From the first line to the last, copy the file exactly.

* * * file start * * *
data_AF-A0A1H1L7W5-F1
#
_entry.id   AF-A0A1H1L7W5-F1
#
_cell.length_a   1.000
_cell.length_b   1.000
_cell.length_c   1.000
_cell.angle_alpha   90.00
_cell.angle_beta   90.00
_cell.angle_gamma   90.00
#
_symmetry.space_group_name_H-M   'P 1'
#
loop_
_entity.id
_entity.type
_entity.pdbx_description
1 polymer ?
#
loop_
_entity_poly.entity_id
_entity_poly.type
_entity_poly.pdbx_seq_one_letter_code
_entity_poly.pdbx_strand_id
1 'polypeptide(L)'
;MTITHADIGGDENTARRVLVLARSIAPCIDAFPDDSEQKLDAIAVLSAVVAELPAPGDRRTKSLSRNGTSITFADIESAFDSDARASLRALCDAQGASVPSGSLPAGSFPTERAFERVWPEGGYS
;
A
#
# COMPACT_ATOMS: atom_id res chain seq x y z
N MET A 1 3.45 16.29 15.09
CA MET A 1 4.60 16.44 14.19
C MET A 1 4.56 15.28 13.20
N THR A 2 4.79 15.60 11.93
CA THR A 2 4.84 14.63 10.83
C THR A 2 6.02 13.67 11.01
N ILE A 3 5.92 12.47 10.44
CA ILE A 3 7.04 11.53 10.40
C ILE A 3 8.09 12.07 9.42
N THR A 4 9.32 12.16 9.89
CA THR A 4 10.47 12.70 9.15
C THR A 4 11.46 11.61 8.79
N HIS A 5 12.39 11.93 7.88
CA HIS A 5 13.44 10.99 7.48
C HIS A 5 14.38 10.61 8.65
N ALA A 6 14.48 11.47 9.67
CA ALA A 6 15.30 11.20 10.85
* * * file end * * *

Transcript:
data_AF-A0A1H1L7W5-F1
#
_entry.id   AF-A0A1H1L7W5-F1
#
_cell.length_a   1.000
_cell.length_b   1.000
_cell.length_c   1.000
_cell.angle_alpha   90.00
_cell.angle_beta   90.00
_cell.angle_gamma   90.00
#
_symmetry.space_group_name_H-M   'P 1'
#
loop_
_entity.id
_entity.type
_entity.pdbx_description
1 polymer ?
#
loop_
_entity_poly.entity_id
_entity_poly.type
_entity_poly.pdbx_seq_one_letter_code
_entity_poly.pdbx_strand_id
1 'polypeptide(L)'
;MTITHADIGGDENTARRVLVLARSIAPCIDAFPDDSEQKLDAIAVLSAVVAELPAPGDRRTKSLSRNGTSITFADIESAFDSDARASLRALCDAQGASVPSGSLPAGSFPTERAFERVWPEGGYS
;
A
#
# COMPACT_ATOMS: atom_id res chain seq x y z
N MET A 1 3.45 16.29 15.09
CA MET A 1 4.60 16.44 14.19
C MET A 1 4.56 15.28 13.20
N THR A 2 4.79 15.60 11.93
CA THR A 2 4.84 14.63 10.83
C THR A 2 6.02 13.67 11.01
N ILE A 3 5.92 12.47 10.44
CA ILE A 3 7.04 11.53 10.40
C ILE A 3 8.09 12.07 9.42
N THR A 4 9.32 12.16 9.89
CA THR A 4 10.47 12.70 9.15
C THR A 4 11.46 11.61 8.79
N HIS A 5 12.39 11.93 7.88
CA HIS A 5 13.44 10.99 7.48
C HIS A 5 14.38 10.61 8.65
N ALA A 6 14.48 11.47 9.67
CA ALA A 6 15.30 11.20 10.85